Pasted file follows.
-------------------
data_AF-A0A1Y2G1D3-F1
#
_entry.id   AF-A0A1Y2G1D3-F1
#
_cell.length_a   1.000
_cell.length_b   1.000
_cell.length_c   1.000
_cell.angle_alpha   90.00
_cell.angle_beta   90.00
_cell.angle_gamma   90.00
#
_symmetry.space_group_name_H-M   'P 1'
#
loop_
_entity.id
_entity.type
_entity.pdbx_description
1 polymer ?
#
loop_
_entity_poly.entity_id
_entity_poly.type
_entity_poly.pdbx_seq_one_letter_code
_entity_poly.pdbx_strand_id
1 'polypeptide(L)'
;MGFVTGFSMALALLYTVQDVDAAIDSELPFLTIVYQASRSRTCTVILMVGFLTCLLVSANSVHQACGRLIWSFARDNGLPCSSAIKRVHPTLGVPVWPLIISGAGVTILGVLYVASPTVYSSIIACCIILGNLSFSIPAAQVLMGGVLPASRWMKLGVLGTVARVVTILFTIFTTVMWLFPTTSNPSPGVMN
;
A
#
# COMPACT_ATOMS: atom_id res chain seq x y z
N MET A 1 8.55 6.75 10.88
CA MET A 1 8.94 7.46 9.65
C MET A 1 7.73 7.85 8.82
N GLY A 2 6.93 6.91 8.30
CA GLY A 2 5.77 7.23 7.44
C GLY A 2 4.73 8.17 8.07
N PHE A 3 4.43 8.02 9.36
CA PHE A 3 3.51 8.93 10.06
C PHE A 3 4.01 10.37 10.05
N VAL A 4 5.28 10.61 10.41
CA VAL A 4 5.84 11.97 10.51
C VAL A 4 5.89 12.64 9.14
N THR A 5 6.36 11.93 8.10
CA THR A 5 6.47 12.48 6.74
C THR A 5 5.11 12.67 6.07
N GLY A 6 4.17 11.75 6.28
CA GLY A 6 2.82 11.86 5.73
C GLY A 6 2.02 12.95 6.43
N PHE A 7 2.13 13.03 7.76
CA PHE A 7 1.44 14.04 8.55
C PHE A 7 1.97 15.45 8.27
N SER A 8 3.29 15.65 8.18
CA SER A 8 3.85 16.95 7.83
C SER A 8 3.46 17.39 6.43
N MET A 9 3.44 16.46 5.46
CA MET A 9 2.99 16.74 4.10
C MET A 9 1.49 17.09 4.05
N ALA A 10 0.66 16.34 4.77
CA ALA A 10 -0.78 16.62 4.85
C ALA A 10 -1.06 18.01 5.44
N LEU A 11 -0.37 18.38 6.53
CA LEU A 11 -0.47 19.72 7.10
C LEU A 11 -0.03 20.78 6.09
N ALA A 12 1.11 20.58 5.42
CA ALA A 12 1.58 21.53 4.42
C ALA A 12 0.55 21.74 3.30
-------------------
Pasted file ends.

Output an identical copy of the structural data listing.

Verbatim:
data_AF-A0A1Y2G1D3-F1
#
_entry.id   AF-A0A1Y2G1D3-F1
#
_cell.length_a   1.000
_cell.length_b   1.000
_cell.length_c   1.000
_cell.angle_alpha   90.00
_cell.angle_beta   90.00
_cell.angle_gamma   90.00
#
_symmetry.space_group_name_H-M   'P 1'
#
loop_
_entity.id
_entity.type
_entity.pdbx_description
1 polymer ?
#
loop_
_entity_poly.entity_id
_entity_poly.type
_entity_poly.pdbx_seq_one_letter_code
_entity_poly.pdbx_strand_id
1 'polypeptide(L)'
;MGFVTGFSMALALLYTVQDVDAAIDSELPFLTIVYQASRSRTCTVILMVGFLTCLLVSANSVHQACGRLIWSFARDNGLPCSSAIKRVHPTLGVPVWPLIISGAGVTILGVLYVASPTVYSSIIACCIILGNLSFSIPAAQVLMGGVLPASRWMKLGVLGTVARVVTILFTIFTTVMWLFPTTSNPSPGVMN
;
A
#
# COMPACT_ATOMS: atom_id res chain seq x y z
N MET A 1 8.55 6.75 10.88
CA MET A 1 8.94 7.46 9.65
C MET A 1 7.73 7.85 8.82
N GLY A 2 6.93 6.91 8.30
CA GLY A 2 5.77 7.23 7.44
C GLY A 2 4.73 8.17 8.07
N PHE A 3 4.43 8.02 9.36
CA PHE A 3 3.51 8.93 10.06
C PHE A 3 4.01 10.37 10.05
N VAL A 4 5.28 10.61 10.41
CA VAL A 4 5.84 11.97 10.51
C VAL A 4 5.89 12.64 9.14
N THR A 5 6.36 11.93 8.10
CA THR A 5 6.47 12.48 6.74
C THR A 5 5.11 12.67 6.07
N GLY A 6 4.17 11.75 6.28
CA GLY A 6 2.82 11.86 5.73
C GLY A 6 2.02 12.95 6.43
N PHE A 7 2.13 13.03 7.76
CA PHE A 7 1.44 14.04 8.55
C PHE A 7 1.97 15.45 8.27
N SER A 8 3.29 15.65 8.18
CA SER A 8 3.85 16.95 7.83
C SER A 8 3.46 17.39 6.43
N MET A 9 3.44 16.46 5.46
CA MET A 9 2.99 16.74 4.10
C MET A 9 1.49 17.09 4.05
N ALA A 10 0.66 16.34 4.77
CA ALA A 10 -0.78 16.62 4.85
C ALA A 10 -1.06 18.01 5.44
N LEU A 11 -0.37 18.38 6.53
CA LEU A 11 -0.47 19.72 7.10
C LEU A 11 -0.03 20.78 6.09
N ALA A 12 1.11 20.58 5.42
CA ALA A 12 1.58 21.53 4.42
C ALA A 12 0.55 21.74 3.30